“Of Human Bondage” which is one of the best works he ever published would go on to become one of the twentieth century’s most widely read works of fiction. His novels would later on be translated into dozens of languages, as it was dramatized and millions of copies would be sold.

His notoriety would bring him enormous wealth and celebrity, and he would often be pursued by journalists whenever he went. It does seem that at some point he was known to and was friends with everyone from DH Lawrence to Henry James from Dorthy Parker to Winston Churchill.

Maugham was born to a British father then living in Paris, as he was legal advisor to the British embassy. As such, Maugham grew up in France as a child and spoke French as his first language before he learned English in his youth.

Upon the death of his parents, he was sent to England where he attended King’s School, Canterbury. However, it was not a great time in England as his pronounced stammer and delicate health made him a target for bullies and even teachers.

He would then go to Heidelberg University and after graduation, he proceeded to St. Thomas’s Hospital London to become a medical student.
It was at this time that he experienced slum life while working at the hospital. His experiences would be the inspiration for the 1897 published “Liza of Lambeth,” his debut.

Following his graduation as a doctor, he quit medicine as he intended to pursue a career as an author.

W Somerset Maugham would go on to write several distinguished works. He would become one of England’s most popular playwrights when he published the phenomenally successful “Lady Frederick.”

Maugham would also become a notable writer of social comedies during the 1920s, even though he had written what was arguably his greatest work in “Of Human Bondage” in 1915.

During the First World War, he worked in Russia and France for British intelligence. Between 1919 and 1930, he wrote more than half a dozen novels and many short stories that would be in collections such as the 1926 published “The Casuarina Tree.”

In 1940, W Somerset Maugham was forced to flee France as the Nazis invaded. He moved to the United States where he led a very quiet life and went back after the war in 1944. “The Razor’s Edge,” which would be his last important work, was published in 1944.

“Of Human Bondage” by W. Somerset Maugham is the story of Philip, the son of a very successful surgeon who dies of blood poisoning in 1885. The doctor leaves behind his son Philip and a pregnant wife in fragile health.

Mrs. Carew is not very good at managing money and things get even tougher when she dies giving birth to a stillborn baby. Philip is taken in by the vicar of Blackstable, his paternal uncle William of London.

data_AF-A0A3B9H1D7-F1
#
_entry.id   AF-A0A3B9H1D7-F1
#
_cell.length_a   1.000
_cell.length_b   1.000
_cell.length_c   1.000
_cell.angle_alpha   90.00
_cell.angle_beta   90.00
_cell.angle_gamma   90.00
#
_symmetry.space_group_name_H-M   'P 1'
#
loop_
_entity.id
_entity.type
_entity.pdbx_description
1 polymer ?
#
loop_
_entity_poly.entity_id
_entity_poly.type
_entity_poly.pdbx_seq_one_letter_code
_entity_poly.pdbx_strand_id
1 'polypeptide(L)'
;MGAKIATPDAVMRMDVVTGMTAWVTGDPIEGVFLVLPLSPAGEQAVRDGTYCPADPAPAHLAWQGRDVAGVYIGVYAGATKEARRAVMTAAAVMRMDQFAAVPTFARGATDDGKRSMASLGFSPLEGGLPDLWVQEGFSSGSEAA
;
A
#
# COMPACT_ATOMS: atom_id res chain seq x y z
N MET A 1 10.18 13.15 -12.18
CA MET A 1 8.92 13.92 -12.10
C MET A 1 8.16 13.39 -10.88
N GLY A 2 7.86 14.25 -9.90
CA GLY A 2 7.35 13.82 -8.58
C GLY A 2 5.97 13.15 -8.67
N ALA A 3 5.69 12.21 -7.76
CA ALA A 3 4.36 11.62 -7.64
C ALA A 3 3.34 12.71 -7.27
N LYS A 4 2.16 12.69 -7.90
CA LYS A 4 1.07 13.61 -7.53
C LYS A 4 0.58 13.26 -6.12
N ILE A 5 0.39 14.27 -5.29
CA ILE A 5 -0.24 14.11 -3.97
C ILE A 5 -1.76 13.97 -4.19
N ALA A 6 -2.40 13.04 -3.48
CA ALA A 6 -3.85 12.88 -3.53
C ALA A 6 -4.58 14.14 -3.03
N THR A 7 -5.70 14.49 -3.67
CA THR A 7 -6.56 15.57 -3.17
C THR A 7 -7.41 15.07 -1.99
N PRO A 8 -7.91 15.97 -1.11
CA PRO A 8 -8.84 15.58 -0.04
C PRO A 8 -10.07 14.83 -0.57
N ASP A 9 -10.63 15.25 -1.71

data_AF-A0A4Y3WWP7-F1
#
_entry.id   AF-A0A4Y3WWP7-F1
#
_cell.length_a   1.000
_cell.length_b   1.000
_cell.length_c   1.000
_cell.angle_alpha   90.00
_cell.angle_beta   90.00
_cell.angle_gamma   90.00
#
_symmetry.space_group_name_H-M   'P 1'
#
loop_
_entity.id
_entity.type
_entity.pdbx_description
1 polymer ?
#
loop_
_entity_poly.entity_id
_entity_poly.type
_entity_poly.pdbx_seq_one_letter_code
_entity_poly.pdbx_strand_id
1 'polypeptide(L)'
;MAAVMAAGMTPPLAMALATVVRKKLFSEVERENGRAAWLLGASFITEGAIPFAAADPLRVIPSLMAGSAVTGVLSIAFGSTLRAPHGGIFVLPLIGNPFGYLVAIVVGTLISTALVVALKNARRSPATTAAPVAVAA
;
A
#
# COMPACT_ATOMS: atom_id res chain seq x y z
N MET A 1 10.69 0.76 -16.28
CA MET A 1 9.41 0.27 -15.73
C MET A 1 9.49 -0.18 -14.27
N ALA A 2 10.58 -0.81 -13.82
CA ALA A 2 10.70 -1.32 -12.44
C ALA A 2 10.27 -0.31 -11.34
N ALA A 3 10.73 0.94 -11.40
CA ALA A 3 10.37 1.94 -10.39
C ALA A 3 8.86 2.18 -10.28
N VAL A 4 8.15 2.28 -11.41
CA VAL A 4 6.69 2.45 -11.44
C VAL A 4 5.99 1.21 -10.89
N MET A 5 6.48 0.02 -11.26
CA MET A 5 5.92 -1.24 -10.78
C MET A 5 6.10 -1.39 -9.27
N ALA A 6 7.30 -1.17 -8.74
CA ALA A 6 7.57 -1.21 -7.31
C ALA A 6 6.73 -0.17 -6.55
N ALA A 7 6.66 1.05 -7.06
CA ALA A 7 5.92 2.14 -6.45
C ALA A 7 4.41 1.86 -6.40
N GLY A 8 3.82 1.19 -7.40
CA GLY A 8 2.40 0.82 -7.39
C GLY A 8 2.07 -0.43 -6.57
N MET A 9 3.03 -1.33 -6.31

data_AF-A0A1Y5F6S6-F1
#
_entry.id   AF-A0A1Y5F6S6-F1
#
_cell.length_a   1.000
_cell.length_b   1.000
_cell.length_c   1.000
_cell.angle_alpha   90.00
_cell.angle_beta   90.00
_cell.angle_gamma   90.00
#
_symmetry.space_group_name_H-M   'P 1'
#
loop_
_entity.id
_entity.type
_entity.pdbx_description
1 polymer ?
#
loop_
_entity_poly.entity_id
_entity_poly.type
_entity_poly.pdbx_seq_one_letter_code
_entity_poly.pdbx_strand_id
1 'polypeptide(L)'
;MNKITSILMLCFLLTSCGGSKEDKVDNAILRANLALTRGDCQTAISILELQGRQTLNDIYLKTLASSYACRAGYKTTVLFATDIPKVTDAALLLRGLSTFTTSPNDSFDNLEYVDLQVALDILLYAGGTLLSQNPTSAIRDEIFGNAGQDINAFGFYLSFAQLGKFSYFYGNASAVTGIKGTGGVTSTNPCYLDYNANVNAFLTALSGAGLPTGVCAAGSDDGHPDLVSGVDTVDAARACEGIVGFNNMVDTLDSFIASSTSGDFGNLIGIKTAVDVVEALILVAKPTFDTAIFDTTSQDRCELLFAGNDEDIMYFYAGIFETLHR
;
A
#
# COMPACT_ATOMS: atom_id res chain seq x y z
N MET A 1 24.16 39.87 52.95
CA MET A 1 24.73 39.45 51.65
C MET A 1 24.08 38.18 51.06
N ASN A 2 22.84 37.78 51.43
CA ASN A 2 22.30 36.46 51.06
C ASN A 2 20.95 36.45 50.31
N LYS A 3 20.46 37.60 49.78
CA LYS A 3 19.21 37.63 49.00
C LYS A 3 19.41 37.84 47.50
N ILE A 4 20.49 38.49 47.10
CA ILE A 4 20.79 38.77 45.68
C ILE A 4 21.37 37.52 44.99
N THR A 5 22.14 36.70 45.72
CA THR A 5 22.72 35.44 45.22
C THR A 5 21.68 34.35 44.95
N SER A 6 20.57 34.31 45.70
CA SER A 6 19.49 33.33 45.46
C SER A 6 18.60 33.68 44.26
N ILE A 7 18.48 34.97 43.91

Louisa and William are a childless couple that give their all to parenting Philip. Still the vicar is an obtuse and thrifty man who suffers the lack of affection from her husband but loves Philip like he was her own.

The child is brought up in the vicarage and lives the very same life that his uncle and aunt had lived for years before he joined them.

Growing up he does not have many peers and he becomes a lonely and solitary youth. He is not allowed to play any games on Sunday and has to complete tough memorization assignments from a prayer book.

But when he is given an illustrated book, his lifelong passion for literature begins.

W Somerset Maugham’s novel “The Razor’s Edge” opens to Elliot visiting his sister in Chicago. He takes the liberty to invite Maugham to a luncheon on Lake Shore Drive, where he gets the opportunity to meet the radiant and tall Isabel, who makes quite an impression on him.

He also meets Laurence Darell, a shy and pleasant looking youth who is Isabel’s boyfriend. He seems to have the knack of being an effortless contributor in conversations, even as he hardly says a word.

It later comes out that the man is recently returned to the US, after serving as an aviator in the war. To the mounting bewilderment of Isabel’s uncle and mother, the young man has turned down numerous offers for work.

After he accepts a dinner invitation from his sister, he finds himself seated next to a plain looking girl in her late teens that is surprisingly intelligent and shrewd. Maugham manages to make Sophie Macdonald open up despite her shyness.

She introduces Maugham to the heir of a millionaire investment banker named Gray Maturi. Just like Larry he is an assuming man even if he is just as strong and virile

But everyone knows that he is enamored with Isabel even though he does not stand a chance and has not made any advances since Larry is also in the picture.

“The Painted Veil” by W Somerset Maugham is a short masterpiece that explores betrayal, love and search for real meaning in life. The lead in the story is a middle class Briton named Kitty, whose best bet for a future is to marry well.

However, none of the suitors are up to the mark and when her younger sister gets a man before she does, she decides to hitch her horse to Walter. He loves her dearly but she thinks the biologist who makes his home in Hong Kong could not be more boring.

One notable hero is the head of a nunnery who leads her group to care for the poor and sick in her community. The Mother Superior had spent her childhood and youth living with a rich family in France, but has now found her purpose in serving the community.

Meanwhile, Walter the shy biologist risks limb and life trying to tem a cholera epidemic in the hinterlands of China. Maugham provides musings on religion but still manages to be not too preachy.

It is a joy to watch and read as Kitty comes of age and learns from her experiences and the many people she meets.

Book Series In Order » Authors » W. Somerset Maugham